IT is a treasure that has been in the family of the Marquess of Lothian for nearly 300 years, but yesterday it was announced that one of the great renaissance objects in Scottish hands can leave the UK.

The Newbattle Casket is a magnificent piece of furniture that dates from the Renaissance period in Germany, being created in Nuremberg in 1565.

It came to Scotland in 1735 to the Kerr family, who were the hereditary Marquesses of Lothian.

READ MORE: The Newbattle Casket was not Scottish – it was made in Germany

It stayed in the family at their home in Newbattle Abbey until the current incumbent the 13th Marquess of Lothian, the former Tory politician Michael Ancram, put it up for sale at Sotheby’s two years ago where it fetched £118,000.

Georg Laue, who runs the Kunstkammer Gallery in Munich, bought the casket and according to The Art Newspaper, Trinity Fine Art joined him as the co-owner.

Having researched the casket and undertaken light conservation, it was re-valued at £750,000 and the co-owners applied for a UK export licence – the figure was accepted by an independent valuer for the Export Reviewing Committee which recommended an export ban mainly because of its rarity.

The Department of Culture Media and Sport duly slapped an export ban order on the casket and gave museums or private individuals time to raise £750,000 to buy it. The order has expired and the casket is now free to leave the UK.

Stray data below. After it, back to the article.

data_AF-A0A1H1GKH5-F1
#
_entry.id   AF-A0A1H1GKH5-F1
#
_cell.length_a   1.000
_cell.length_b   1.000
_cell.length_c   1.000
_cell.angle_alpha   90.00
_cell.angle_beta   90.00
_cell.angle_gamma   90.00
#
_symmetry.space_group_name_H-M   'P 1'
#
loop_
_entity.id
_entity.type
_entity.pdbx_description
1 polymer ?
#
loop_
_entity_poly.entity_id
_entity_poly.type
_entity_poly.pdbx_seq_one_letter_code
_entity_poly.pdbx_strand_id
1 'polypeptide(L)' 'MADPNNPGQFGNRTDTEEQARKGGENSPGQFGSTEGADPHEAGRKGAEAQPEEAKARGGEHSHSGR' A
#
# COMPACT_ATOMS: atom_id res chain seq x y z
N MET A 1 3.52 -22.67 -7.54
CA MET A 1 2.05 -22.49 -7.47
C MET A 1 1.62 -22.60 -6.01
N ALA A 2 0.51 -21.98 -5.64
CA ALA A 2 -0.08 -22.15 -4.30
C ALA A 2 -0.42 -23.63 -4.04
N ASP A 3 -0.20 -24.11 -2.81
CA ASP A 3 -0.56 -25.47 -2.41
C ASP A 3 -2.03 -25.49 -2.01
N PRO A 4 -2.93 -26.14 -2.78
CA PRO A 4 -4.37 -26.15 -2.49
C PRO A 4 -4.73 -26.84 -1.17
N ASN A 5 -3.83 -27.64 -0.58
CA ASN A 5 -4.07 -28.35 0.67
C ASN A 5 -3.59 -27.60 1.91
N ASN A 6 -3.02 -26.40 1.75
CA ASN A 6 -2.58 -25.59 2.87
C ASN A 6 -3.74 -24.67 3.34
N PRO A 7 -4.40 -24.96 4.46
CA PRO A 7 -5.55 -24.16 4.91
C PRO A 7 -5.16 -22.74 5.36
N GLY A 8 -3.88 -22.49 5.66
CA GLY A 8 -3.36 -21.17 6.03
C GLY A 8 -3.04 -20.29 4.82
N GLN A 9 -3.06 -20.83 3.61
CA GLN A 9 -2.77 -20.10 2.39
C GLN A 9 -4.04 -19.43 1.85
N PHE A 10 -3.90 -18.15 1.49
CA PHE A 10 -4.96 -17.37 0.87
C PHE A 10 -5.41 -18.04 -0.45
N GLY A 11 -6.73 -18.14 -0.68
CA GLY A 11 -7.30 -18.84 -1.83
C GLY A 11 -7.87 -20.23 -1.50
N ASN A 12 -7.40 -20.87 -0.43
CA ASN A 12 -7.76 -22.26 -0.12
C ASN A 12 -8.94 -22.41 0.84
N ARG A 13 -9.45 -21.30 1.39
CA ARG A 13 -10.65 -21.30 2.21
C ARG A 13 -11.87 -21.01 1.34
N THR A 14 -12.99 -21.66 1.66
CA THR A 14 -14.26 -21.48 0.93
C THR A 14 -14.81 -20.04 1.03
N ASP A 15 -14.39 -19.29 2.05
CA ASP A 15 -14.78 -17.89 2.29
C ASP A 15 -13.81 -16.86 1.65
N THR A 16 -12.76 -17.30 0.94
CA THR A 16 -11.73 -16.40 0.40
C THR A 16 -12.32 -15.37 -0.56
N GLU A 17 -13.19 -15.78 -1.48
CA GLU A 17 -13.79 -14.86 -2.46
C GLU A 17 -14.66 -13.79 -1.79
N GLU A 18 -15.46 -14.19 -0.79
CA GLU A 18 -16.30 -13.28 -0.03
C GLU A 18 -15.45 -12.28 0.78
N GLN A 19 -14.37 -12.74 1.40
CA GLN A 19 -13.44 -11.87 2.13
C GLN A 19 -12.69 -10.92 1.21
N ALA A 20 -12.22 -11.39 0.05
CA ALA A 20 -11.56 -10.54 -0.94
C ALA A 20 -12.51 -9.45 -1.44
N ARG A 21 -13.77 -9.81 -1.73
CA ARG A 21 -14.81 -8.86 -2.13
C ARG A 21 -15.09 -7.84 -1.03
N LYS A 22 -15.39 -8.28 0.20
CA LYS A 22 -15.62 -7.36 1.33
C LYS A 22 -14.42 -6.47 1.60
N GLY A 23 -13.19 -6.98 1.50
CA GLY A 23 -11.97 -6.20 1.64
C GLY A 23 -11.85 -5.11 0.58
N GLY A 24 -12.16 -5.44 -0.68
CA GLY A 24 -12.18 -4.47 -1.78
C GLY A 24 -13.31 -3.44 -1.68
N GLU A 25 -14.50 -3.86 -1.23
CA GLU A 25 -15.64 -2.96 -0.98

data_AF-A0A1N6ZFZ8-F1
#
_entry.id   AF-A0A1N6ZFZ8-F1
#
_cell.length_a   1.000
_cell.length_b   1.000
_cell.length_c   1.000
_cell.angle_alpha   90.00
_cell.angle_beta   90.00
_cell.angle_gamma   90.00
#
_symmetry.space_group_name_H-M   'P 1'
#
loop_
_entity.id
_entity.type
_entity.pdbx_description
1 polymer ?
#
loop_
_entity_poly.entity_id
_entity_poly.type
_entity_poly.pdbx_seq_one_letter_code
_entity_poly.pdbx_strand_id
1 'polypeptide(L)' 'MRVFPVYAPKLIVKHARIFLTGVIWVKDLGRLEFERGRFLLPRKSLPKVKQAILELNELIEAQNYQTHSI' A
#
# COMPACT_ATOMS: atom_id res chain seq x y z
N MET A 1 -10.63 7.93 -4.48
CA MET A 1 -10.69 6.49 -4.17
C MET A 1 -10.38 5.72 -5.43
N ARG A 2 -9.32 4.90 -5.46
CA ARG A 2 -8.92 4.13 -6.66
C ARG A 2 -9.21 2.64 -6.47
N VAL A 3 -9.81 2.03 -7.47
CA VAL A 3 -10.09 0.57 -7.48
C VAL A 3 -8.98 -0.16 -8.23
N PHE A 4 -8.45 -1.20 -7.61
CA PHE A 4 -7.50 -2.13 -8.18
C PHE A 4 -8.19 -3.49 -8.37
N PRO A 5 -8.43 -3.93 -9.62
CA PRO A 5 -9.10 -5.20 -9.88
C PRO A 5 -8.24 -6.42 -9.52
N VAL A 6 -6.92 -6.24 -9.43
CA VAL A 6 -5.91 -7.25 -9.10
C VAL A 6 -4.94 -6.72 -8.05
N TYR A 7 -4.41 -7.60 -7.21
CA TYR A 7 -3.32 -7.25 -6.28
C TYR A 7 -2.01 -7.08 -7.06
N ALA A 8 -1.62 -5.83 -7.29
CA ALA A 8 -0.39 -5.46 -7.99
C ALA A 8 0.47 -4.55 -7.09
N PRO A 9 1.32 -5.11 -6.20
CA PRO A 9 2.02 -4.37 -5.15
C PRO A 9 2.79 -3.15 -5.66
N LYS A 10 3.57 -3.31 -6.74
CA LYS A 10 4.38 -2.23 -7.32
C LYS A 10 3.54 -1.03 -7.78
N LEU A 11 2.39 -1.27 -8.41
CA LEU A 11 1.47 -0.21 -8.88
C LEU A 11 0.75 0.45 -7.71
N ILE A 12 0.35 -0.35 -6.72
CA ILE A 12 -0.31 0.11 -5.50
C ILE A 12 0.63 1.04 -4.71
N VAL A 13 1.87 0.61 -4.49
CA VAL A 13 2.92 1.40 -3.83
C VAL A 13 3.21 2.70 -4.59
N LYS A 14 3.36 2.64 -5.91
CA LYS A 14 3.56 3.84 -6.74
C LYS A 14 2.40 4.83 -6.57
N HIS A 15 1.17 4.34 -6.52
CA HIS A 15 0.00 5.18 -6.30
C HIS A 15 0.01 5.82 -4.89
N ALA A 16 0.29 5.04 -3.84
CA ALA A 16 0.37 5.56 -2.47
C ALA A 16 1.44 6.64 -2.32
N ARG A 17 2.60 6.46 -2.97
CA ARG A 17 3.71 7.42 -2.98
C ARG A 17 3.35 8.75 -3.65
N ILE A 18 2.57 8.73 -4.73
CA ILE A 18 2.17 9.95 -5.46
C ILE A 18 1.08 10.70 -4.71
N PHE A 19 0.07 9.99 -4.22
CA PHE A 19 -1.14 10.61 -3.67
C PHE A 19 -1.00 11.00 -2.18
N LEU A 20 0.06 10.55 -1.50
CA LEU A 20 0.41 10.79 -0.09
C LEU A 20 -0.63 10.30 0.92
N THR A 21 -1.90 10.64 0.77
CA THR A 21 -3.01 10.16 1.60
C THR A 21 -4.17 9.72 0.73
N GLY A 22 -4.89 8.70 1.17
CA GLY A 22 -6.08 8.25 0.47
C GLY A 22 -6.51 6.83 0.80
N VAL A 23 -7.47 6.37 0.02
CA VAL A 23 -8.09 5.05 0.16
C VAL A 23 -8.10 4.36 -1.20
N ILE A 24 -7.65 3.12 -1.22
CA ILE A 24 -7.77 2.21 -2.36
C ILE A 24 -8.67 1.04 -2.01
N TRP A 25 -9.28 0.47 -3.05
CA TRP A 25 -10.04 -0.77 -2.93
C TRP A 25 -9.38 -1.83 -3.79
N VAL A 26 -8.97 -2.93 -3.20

The National can reveal that the V&A museum and the National Museum of Scotland (NMS) both considered buying the casket, the former leaving the field open to the latter.

The reviewing committee of the Arts Council of England, which decides on all items up for an export ban, raved about the Casket which has not been seen in public for a century or more.

Committee member Christopher Rowell said at the time: “This remarkably beautiful and highly wrought small cabinet of architectural design, inlaid with panels of figurative and perspectival marquetry, with elegantly chased gilt bronze mounts, was probably made in Nuremberg around 1565.

“It is the sole piece of furniture of its kind in Great Britain and the most elaborate of only a dozen pieces of 16th-century German furniture to be decorated with marquetry depicting 3D geometric solids or illusionistic polyhedra. The perspectival wood, ivory, bone and mother-of-pearl marquetry derives from Italian and German engravings. One of the panels is dated 1565.

“The cabinet was designed as a repository of precious small works of art. Its British carved walnut cabriole-legged support was made for it around 1730, so it has been in this country since then.

“It may have descended to the Marquesses of Lothian from Frederick V, Elector Palatine, the so-called ‘Winter King’ of Bohemia, son-in-law of James VI of Scotland and I of England and brother-in-law of Charles I.

“The Newbattle casket was lent to prominent exhibitions in the 19th century. It is to be hoped that this great rarity, which has been in the country for nearly 300 years, can be retained in Britain.”

Even its long residence here could not save it.

A spokesman for NMS said: “After careful consideration by our Acquisitions Committee, we withdrew from discussions on acquiring the Newbattle Casket.”